This is the account of the family line of Abraham’s son Isaac. Abraham became the father of Isaac. — Genesis 25:19
The Torah portion for this week, Toldot, which means “offspring,” is from Genesis 25:19—28:9, and the Haftorah is from Malachi 1:1–2:7.
The Torah portion of Toldot, “offspring,” begins almost exactly the same way that the portion of Noach began. Here we read, “This is the account of the family line of Abraham’s son Isaac.” There we read, “This is the account of Noah and his family” (Genesis 6:9). In Hebrew, the phrases are identical. So the Jewish sages are puzzled. If the opening words are the same, why aren’t the names parallel? If Noah was chosen as the title for the reading about him and his family, why isn’t Isaac’s name given the same treatment?
Let’s review. A few weeks back, we explained that the Torah portion of Noah was named for its leading man in order to teach us the power of one person’s effect on generations to come. The story of the flood was the story of humanity, but it all hinged on one individual and that person was Noah. So he got the spotlight.
Now let’s take a look at this week’s reading. It’s the story of Jacob and Esau’s birth, Esau selling his birthright, and Jacob receiving the blessings of the firstborn. This is the story of Isaac and his family, but the emphasis is not on Isaac; it’s on his children. The storyline of our portion for this week is who will continue the legacy of Abraham and Isaac?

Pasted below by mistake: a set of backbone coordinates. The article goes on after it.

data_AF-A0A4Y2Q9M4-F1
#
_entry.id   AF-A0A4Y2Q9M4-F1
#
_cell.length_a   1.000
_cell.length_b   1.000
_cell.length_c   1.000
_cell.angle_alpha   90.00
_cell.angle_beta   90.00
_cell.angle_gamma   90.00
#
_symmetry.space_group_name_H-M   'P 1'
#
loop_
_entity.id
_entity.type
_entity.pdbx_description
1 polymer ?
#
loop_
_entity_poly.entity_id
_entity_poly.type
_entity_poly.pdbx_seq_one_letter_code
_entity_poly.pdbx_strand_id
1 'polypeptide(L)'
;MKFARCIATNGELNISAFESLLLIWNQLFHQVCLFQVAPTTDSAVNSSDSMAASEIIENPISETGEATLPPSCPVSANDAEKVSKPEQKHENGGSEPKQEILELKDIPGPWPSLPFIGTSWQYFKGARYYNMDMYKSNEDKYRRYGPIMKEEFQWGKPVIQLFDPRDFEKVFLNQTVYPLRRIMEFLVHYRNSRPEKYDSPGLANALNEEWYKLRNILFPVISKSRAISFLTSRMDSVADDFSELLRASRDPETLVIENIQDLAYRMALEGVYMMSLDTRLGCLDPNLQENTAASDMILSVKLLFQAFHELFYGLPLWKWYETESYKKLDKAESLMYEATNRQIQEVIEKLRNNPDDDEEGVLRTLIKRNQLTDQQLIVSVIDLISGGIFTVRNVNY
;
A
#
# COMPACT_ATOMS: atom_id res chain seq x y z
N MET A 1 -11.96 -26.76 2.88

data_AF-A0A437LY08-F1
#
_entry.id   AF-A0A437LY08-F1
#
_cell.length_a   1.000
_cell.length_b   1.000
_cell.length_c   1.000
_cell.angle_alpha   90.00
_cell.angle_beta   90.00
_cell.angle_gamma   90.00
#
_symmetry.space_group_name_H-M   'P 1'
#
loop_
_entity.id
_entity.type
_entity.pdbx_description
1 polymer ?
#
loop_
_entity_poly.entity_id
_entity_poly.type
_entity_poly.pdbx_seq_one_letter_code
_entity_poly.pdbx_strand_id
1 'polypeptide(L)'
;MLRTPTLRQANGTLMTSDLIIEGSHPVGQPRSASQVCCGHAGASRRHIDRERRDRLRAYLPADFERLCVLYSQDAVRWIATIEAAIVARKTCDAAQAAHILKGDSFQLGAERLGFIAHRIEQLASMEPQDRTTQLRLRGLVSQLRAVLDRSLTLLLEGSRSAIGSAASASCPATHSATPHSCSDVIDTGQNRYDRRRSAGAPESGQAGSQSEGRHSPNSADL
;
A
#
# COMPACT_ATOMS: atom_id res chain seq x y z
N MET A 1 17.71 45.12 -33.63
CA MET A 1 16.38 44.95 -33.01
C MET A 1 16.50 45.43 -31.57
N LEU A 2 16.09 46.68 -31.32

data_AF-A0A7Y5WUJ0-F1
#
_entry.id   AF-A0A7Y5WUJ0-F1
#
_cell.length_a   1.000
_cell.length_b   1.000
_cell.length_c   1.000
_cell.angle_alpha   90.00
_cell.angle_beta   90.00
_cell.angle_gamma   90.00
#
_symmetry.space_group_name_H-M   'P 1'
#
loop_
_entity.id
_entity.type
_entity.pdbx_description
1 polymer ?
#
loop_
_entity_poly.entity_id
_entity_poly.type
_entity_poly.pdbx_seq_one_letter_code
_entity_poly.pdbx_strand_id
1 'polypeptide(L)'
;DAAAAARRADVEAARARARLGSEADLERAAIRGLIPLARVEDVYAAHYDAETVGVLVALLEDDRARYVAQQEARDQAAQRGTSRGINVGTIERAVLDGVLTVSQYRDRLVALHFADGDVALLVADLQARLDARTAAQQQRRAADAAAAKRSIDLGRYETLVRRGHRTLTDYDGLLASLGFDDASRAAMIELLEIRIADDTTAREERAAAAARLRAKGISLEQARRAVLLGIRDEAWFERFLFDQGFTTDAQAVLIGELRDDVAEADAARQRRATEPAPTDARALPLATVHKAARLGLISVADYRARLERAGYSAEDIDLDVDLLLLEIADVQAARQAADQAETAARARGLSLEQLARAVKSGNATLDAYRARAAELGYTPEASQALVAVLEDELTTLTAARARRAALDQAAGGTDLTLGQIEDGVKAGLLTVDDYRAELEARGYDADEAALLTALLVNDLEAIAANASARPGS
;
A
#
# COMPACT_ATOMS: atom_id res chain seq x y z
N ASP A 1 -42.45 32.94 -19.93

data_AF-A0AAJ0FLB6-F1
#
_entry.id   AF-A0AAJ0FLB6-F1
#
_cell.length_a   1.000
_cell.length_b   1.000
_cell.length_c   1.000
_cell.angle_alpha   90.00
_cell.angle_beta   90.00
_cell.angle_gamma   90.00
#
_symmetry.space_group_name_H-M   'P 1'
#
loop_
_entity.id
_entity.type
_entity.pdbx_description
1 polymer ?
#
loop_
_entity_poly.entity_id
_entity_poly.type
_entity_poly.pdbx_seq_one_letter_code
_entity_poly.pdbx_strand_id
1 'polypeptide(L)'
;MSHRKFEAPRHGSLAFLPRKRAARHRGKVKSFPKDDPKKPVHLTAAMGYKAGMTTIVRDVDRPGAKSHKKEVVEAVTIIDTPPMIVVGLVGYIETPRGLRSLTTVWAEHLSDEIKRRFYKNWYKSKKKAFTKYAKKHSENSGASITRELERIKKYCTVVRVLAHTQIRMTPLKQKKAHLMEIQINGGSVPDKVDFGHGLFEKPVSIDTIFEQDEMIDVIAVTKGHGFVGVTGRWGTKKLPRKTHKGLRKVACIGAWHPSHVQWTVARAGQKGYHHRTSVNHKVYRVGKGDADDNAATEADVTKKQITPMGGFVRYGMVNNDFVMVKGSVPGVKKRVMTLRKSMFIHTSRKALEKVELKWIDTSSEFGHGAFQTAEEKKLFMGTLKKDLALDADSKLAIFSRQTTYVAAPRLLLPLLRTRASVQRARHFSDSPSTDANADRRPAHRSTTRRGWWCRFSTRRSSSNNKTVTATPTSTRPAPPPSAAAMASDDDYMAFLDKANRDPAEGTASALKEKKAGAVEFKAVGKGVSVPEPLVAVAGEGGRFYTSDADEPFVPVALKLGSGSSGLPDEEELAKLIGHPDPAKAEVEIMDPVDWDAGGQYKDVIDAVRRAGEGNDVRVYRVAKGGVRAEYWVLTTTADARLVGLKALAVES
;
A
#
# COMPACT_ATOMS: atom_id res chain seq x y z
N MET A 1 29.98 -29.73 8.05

In Jewish culture, people place much value on a person’s family lineage. For example, most people with the last name “Cohen” can claim that they come from the prestigious tribe of Levi and the group of priests called cohanim. Others can trace their heritage to legendary rabbis who lived decades or even centuries ago. Still, some can even trace their families all the way back to King David. But I have a friend who used to say, “That’s nice. However, more important than who came before me is who will come after me.” It’s impressive to claim a prestigious lineage, but it’s even more impressive to be the ancestor of great men and women yet to come.
And that’s the message of this week’s Torah portion. Noach celebrates those who came before us. Toldot asks us to consider who will follow us. Noach is about the heritage that we received. Toldot is about the legacy that we pass on.
What legacy will you leave behind? Long after we have exited the stage of life, our children, with God’s help, will play the leading roles in the greatest story that the world has ever known.
With prayers for shalom, peace,
Rabbi Yechiel Eckstein
Founder and President